A new study from the Greater New Orleans Community Data Center (GNOCDC) shows that renters and homeowners across the New Orleans metro area are increasingly burdened by low incomes and average-to-high housing costs since the 2005 storms. Those in the Orleans and Jefferson parishes have been especially hard hit.
The study uses data from the 2004, 2007 and 2008 American Community Surveys (ACS) in order to identify pre- and post-Katrina housing costs, as well as to determine how the availability of rental housing is affecting the demand for rental homes that low income people can afford between 2007 and 2008. In addition to offering a picture of housing circumstances in the New Orleans area, this report will be useful to advocates interested in figuring out how to use ACS data in their own communities.
The authors found that while prices for both owned and rented housing units are generally at the same levels as national rates, incomes in the area are significantly lower than national averages. The median household income for renters in the Orleans Parish in 2008 was $24,355, compared to $31,891 for renters nationally.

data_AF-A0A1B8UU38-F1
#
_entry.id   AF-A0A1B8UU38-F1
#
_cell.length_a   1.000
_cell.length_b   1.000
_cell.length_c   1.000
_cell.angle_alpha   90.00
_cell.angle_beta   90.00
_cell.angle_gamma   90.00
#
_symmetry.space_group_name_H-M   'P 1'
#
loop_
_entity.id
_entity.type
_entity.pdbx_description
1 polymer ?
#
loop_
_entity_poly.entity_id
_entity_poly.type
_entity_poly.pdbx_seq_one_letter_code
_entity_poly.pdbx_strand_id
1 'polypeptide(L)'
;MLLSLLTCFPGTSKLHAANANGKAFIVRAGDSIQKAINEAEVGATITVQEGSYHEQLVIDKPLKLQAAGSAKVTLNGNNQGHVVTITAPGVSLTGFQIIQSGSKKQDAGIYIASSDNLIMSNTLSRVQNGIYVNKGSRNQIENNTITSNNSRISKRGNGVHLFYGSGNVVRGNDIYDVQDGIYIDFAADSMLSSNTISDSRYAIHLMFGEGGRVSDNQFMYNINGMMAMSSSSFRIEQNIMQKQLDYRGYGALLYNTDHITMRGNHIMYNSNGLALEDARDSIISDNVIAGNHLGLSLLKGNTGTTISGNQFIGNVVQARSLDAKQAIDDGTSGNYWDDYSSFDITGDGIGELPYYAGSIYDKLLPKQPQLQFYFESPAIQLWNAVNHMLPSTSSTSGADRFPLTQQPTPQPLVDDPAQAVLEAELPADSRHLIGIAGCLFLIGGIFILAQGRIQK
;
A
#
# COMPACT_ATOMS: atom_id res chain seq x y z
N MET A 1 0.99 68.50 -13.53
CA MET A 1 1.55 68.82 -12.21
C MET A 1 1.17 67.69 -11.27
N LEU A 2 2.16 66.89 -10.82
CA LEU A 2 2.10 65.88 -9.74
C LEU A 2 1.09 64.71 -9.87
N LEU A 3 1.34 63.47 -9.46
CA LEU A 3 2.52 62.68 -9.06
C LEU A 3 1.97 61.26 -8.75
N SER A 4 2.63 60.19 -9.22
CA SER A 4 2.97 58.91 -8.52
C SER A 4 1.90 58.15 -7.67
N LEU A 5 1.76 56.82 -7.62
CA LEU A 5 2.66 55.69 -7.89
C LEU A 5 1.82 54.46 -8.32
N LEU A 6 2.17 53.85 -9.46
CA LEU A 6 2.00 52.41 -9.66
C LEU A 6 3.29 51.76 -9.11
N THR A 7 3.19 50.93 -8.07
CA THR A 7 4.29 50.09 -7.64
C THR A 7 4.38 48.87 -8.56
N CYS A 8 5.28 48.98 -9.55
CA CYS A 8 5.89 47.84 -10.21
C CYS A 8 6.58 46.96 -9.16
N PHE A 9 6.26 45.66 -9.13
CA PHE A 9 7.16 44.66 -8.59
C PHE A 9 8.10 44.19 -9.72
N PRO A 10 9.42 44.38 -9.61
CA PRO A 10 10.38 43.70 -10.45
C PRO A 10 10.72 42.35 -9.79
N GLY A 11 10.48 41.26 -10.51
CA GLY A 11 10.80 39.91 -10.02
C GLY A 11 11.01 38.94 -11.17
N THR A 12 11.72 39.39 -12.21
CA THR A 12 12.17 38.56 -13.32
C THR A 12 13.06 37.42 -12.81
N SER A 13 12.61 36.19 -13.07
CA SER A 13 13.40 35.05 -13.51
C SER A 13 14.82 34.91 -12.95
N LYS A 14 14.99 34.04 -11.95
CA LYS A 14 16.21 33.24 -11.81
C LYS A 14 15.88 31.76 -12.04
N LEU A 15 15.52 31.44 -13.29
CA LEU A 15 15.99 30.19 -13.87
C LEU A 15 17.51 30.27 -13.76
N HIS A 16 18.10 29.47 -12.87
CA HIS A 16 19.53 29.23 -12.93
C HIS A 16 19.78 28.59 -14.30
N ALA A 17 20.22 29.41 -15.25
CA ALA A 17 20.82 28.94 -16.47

GNOCDC reports that while the incidence of unaffordable housing cost burdens among low and very low income households was high in the metro area before the storm, post-Katrina housing cost burdens have only increased. Renters with severe housing cost burdens (those who pay more than 50% of household income for housing) have gone from 22% in 2004 to 31% in 2008.
Additionally, the study showed that while subsidized properties have been developed since 2007, this growth did not relieve the housing cost burden among renters. In Orleans Parish, the percent of renters spending 30% or more of their incomes on housing rose from 87% in 2007 to 95% in 2008 for renters making less than $20,000; for those making between $20,000 and $35,000 it went from 80% to 86%.
The study concludes that policies should be enacted that promote higher-wage jobs and that federal subsidies should be used to relieve housing cost burdens and produce more affordable housing. These policies would help to stabilize both the job market and the neighborhoods in New Orleans.
More information about the study, as well as results, can be found at http://www.gnocdc.org/HousingAffordability/ NewOrleansMetroAreaHousingAffordability2004-2008.pdf
ACS data is available on the Census website, www.census.gov.